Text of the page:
Top 9 Things I Want In a Blog Engine

  • self-hosted
  • easily template-able
  • easily customizable
  • supports email-to-post
  • supports XML-RPC
  • supports RSS output
  • internal search engine
  • an writing UI encouraging writing 200+ words at a time
  • an reading UI encouraging reading 2+ essays at a time

Update 11 Oct 2010
Add these to the list;

  • memorable, human-readable URL constructs
  • doesn’t bias how or what I publish

RealTimeAds.com Launches at MinnPost.com

MinnPost RealTimeAds

I’m pleased to announce the launch of RealTimeAds.com – a advertising product now in beta testing at MinnPost.com

Karl and I have been building and testing the system for a couple of months now and I’m quite happy with it on three of fronts;

  • It feels like it makes advertising approachable to people and organizations that haven’t considered it within reach before. Especially, extremely small and locallly-focused people.
  • It re-frames publications that already exist (Twitter feeds, blog feeds, etc) as text advertisements, cuz, you know, that’s what they are anyway.
  • It extends the real-time nature of Twitter outside of the Twitter silo, helping those people and organizations to get more mileage out of their tweets.

“Real-Time Ads runs on RSS. So, you use what you are already using-Twitter, Blogger, Tumblr, proprietary CMS, whatevs!” – Karl Pearson-Cater

Interested in trying it out? Give MinnPost a call: 612 455 6953.

Yes, the RealTimeAds.com system uses a version of Cullect’s engine tuned for ad serving (verses feed reading).

For those of you following along, RealTimeAds.com is Secret Project 09Q02A.

UPDATE:
Here’s the official RealTimeAds announcement from MinnPost’s Joel Kramer

“Imagine a restaurant that can post its daily lunch special in the morning and then its dinner special in the afternoon. Or a sports team that can keep you up-to-date on its games and other team news. Or a store that could offer a coupon good only for today. Or a performance venue that can let you know whether tickets are available for tonight. Or a publisher or blogger who gives you his or her latest headline. ” – Joel Kramer, MinnPost

UPDATE 2: More from Joel Kramer, this time talking to the Nieman Foundation for Journalism at Harvard.

“We do believe Real-Time Ads will prove more valuable for advertising at a lower entry point.”

Publishers Shorten Yourself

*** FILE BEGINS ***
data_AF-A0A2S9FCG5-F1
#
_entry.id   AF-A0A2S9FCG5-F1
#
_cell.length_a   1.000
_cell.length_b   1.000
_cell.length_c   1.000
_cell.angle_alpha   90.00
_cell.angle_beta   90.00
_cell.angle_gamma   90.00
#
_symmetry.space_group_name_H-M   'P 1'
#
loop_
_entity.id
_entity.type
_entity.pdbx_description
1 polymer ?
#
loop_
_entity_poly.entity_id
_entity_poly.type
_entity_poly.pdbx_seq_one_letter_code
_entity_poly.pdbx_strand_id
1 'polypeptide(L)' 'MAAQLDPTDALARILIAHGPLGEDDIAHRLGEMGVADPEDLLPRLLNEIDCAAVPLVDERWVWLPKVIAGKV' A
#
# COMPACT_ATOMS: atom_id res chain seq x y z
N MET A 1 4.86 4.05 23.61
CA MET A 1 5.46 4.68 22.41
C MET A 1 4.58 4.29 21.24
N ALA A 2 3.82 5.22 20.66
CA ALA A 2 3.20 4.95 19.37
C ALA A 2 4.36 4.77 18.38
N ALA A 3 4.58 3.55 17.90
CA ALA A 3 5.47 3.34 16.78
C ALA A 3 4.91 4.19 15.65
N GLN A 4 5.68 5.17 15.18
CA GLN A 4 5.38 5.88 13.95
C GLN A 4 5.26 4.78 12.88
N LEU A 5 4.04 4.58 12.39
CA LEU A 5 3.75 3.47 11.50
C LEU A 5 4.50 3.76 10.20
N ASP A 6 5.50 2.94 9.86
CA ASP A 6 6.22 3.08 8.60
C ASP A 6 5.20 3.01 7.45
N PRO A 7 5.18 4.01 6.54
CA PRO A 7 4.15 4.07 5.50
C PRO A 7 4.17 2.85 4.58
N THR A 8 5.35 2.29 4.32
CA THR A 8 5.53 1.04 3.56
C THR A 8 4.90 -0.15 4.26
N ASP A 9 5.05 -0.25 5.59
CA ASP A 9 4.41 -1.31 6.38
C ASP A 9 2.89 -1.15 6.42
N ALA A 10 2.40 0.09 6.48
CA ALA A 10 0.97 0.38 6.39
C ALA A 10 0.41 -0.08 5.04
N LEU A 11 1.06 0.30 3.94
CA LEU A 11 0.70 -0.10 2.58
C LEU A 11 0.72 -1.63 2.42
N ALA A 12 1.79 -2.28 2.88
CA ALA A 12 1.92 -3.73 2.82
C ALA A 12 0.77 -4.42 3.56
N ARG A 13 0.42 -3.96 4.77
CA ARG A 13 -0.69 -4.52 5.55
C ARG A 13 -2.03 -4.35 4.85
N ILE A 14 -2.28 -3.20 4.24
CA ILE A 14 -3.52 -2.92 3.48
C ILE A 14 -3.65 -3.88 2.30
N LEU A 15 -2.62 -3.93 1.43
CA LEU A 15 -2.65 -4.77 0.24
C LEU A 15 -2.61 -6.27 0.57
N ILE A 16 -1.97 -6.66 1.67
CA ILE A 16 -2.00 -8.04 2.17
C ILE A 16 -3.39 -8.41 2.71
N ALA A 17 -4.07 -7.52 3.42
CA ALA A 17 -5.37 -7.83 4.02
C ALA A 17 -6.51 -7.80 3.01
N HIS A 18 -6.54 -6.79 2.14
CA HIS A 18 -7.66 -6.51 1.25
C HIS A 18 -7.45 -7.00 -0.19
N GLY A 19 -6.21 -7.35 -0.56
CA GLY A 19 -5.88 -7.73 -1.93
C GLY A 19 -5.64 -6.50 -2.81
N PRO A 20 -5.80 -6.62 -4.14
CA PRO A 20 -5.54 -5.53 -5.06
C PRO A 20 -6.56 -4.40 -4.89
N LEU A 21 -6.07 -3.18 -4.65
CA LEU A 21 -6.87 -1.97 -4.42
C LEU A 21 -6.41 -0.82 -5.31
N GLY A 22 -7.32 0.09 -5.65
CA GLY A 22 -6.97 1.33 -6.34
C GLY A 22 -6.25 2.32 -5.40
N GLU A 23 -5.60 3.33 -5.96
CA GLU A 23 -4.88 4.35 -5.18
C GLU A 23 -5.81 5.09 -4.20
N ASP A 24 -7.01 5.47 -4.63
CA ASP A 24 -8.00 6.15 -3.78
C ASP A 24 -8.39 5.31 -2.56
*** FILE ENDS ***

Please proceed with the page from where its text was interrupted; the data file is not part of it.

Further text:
The Wege pointed me to an excellent article by Joshua Schachter on the issues w/ URL shortening services.

It’s consistent my concerns and my Insecurity of Short URLs post.

As I alluded to that post, I see 3 opportunities for URL shorteners, all of them revolve around increasing trust (branding, security, backup).

Let’s take that first one – branding. Another name for branding is accountability. Who really knows where a tinyurl a similar service will point you, but you can be confident a minnpo.st URL will point you to an article on minnpost.com and a grv.me URL will point you to something I authored.

From my perspective there are 3 parties that should have a good short URL corresponding to their identity:

  • the author (i.e. grv.me)
  • the publisher (i.e. minnpo.st)
  • the share-er (imagine a link blog of short urls)

Sometimes all 3 are the same.

Conveniently, as greater accountability is introduced to short URLs, the issues of security and backups address themselves.

Now.

Take one step back.

Web publishing engines – like WordPress, MovableType, and all publications engines really – should automatically generate nice long human-readable URLs as well as a short, easy-to-share URLs (at least the URL keys, you can supply your own short domain if you want). (Dave Winer said this last month in “Solving the TinyUrl centralization problemsomething along these lines a few weeks back, but I can find the link right now)

One more step back, and you can see this is only an issue now because of the growing popularity of 1 specific website and an expectation that these short URLs are permalinks. If you don’t have that expectation, shorten with RE07.US

Collapsing Space

“But I can’t imagine that blogging and Twitter won’t fully merge, and I expect that to happen soon.” – Dave Winer

I’ve been posted to Twitter from Cullect since Cullect launched. Cullect.com/Garricks-Friends probably has as many blog feeds as Twitter feeds (yes its more about the people than their choice of publication).

This is a long way of saying I don’t see a difference between these two printing presses (I’ve said this before).

One of the projects on my Not Until 2009 List is to eliminate the space between things like Twitter and a weblog. Agnostic indeed. Feels like some things in WordPress 2.7 will make this even easier.

Hmmmmmmm.

Un-Blog

When I talk about Cullect to people publishing feeds, I very consciously don’t use the word ‘blog*’. Primarily because bloggers blogging blogs aren’t the only people publishing online. Almost everyone publishing online publishes a feed.

No matter if that publication contains text, audio, video, software, or something completely different. Cullect works the same if you’re CNN, Dave Winer, or Eric Larson.

“Being called a ‘writer’ has a far more important vibe to it, perhaps the opposite of ‘blogger’, which seems to have a more amaterurish flavor about it.” – Eric Rice

I’m much more comfortable with the word ‘blog’ at blog.cullect.com – where it represents the voice of a non-human entity – and much less so everywhere else. Now that I think about it, that may be the only WordPress install I maintain identifying itself as a ‘blog’.

Also note, the button in WordPress to make this public is labeled ‘Publish’.